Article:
Reference: N.S. Fedorova et al., Phys. Rev. Materials, 2, 104414 (2018)

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25 October 2018

Rolling dopant and strain in Y-doped BiFeO3 epitaxial thin films for photoelectrochemical water splitting

We report significant photoelectrochemical activity of Y-doped BiFeO3 (Y-BFO) epitaxial thin films deposited on Nb:SrTiO3 substrates. The Y-BFO photoanodes exhibit a strong dependence of the photocurrent values on the thickness of the films, and implicitly on the induced epitaxial strain. The peculiar crystalline structure of the Y-BFO thin films and the structural changes after the PEC experiments have been revealed by high resolution X-ray diffraction and transmission electron microscopy investigations. The crystalline coherence breaking due to the small ionic radius Y-addition was analyzed using Willliamson-Hall approach on the 2θ-ω scans of the symmetric (00 l) reflections and confirmed by high resolution TEM (HR-TEM) analysis. In the thinnest sample the lateral coherence length (L∥) is preserved on larger nanoregions/nanodomains. For higher thickness values L∥ is decreasing while domains tilt angles (αtilt) is increasing. The photocurrent value obtained for the thinnest sample was as high as Jph = 0.72 mA/cm2, at 1.4 V(vs. RHE). The potentiostatic scans of the Y-BFO photoanodes show the stability of photoresponse, irrespective of the film’s thickness. There is no clear cathodic photocurrent observation for the Y-BFO thin films confirming the n-type semiconductor behavior of the Y-BFO photoelectrodes.
Keywords: Ferroelectrics; Multiferroics; Photocatalytic watersplitting; Surfaces; Interfaces; thin films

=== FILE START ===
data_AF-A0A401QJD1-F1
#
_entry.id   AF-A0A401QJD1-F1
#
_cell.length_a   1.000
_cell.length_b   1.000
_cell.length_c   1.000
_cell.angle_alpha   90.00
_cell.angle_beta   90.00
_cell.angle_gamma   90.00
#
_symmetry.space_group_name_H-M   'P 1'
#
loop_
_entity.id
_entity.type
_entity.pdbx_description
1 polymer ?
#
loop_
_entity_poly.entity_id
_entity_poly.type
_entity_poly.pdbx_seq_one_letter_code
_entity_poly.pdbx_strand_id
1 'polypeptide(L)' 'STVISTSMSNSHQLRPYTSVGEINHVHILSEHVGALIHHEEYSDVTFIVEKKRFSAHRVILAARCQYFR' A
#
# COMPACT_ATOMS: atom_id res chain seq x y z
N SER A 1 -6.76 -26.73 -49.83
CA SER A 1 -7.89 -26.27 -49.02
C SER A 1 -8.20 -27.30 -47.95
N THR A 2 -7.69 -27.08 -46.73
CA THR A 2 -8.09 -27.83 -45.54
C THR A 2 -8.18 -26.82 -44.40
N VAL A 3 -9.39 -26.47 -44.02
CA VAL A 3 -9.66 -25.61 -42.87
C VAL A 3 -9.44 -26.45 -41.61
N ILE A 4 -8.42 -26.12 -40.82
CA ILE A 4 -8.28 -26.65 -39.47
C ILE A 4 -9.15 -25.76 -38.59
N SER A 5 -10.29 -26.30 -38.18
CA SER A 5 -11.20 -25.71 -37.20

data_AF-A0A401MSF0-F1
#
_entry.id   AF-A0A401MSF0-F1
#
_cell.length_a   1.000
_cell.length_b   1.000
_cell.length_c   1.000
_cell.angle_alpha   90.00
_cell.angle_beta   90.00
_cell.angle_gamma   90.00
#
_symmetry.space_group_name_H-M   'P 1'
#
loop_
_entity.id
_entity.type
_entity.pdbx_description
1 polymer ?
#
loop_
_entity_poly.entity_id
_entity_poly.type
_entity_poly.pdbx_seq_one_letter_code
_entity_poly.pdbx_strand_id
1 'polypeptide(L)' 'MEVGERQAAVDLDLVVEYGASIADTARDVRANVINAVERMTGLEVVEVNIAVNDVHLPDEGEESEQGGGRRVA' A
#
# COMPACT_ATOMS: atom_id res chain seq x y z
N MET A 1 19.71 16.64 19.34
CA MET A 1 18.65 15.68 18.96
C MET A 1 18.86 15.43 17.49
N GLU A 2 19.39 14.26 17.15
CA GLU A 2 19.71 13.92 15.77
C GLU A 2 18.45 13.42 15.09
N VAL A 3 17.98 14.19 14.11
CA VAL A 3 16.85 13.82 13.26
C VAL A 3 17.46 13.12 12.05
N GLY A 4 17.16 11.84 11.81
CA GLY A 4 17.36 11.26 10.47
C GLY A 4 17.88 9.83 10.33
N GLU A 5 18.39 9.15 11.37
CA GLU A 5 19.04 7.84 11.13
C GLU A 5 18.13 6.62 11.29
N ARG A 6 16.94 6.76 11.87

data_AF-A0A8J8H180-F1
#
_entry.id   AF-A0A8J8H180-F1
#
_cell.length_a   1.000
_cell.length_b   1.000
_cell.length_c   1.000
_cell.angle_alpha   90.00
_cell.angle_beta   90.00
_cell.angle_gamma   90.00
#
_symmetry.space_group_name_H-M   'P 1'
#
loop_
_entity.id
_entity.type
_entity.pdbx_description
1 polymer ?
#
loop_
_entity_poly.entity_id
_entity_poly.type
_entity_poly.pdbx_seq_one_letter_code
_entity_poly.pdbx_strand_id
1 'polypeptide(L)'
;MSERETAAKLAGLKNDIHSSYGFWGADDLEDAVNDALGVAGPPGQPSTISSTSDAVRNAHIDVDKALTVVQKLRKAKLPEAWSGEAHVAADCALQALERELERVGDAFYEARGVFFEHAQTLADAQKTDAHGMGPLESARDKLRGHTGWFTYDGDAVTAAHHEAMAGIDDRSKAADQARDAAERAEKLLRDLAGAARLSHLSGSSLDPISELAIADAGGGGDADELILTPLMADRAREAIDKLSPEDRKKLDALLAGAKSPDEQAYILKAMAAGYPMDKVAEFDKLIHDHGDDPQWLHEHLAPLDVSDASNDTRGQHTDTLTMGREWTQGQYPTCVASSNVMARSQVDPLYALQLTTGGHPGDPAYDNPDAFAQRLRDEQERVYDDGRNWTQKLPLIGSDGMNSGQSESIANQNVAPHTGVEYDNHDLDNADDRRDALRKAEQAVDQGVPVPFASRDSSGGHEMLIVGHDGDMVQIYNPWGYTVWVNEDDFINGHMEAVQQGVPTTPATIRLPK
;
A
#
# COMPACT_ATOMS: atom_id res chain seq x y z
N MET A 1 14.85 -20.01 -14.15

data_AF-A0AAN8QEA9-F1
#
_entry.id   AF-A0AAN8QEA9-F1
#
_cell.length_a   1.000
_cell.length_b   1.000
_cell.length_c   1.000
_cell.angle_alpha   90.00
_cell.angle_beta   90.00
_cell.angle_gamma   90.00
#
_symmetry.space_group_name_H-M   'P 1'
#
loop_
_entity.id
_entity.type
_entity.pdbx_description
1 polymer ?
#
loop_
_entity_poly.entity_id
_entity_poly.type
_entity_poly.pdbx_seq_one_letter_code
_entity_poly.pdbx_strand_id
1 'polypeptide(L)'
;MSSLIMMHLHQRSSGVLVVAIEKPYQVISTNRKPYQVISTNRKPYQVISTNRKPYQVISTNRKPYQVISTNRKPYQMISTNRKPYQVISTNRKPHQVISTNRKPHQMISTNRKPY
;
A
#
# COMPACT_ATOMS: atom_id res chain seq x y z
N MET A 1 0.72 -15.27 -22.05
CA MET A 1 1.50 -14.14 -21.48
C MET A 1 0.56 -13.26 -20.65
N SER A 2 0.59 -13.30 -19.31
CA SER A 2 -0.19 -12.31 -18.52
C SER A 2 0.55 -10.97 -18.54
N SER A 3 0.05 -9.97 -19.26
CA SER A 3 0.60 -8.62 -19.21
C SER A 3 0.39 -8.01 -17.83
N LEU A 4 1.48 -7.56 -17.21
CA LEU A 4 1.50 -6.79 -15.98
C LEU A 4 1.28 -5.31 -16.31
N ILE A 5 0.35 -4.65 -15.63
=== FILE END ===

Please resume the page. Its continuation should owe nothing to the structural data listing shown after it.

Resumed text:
Facility: Thin Films and Interfaces, LMX, National Institute for Laser, Plasma and Radiation Physics, Romania; National Institute of Material Physics, Romania

Reference: F. Haydous et al., Sci. Rep. 8, 15826 (2018)

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18 September 2018

Influence of Plume Properties on Thin Film Composition in Pulsed Laser Deposition

Despite the apparent simplicity of pulsed laser deposition, consistent deposition of thin films with the desired thickness, composition, crystallinity, and quality still remains challenging. This article explores the influence of process parameters with respect to film thickness and composition, two key aspects for thin films which have a very strong effect on film properties, possible applications, and characterization. Using five perovskite materials, a systematic analysis of different process parameters, e.g., target material, deposition pressure, fluence, substrate temperature or target to substrate distance, is performed. The results are classified under target ablation, plasma expansion, and substrates effects, which provide vital guidance to reduce the degree of trial and error when producing thin films. Moreover, they enable the understanding of what should be considered, and avoided for the deposition of thin films.
Keywords: Pulsed Laser Ablation; Laserinduced plasma; Plasma spectroscopy; Thin films; Thin film properties;

Facility: Thin Films and Interfaces, LMX, ETHZ

Reference: A. Ojeda, M. Döbeli, and T. Lippert, Adv. Mat. Interfaces 5, 1701062 (2018)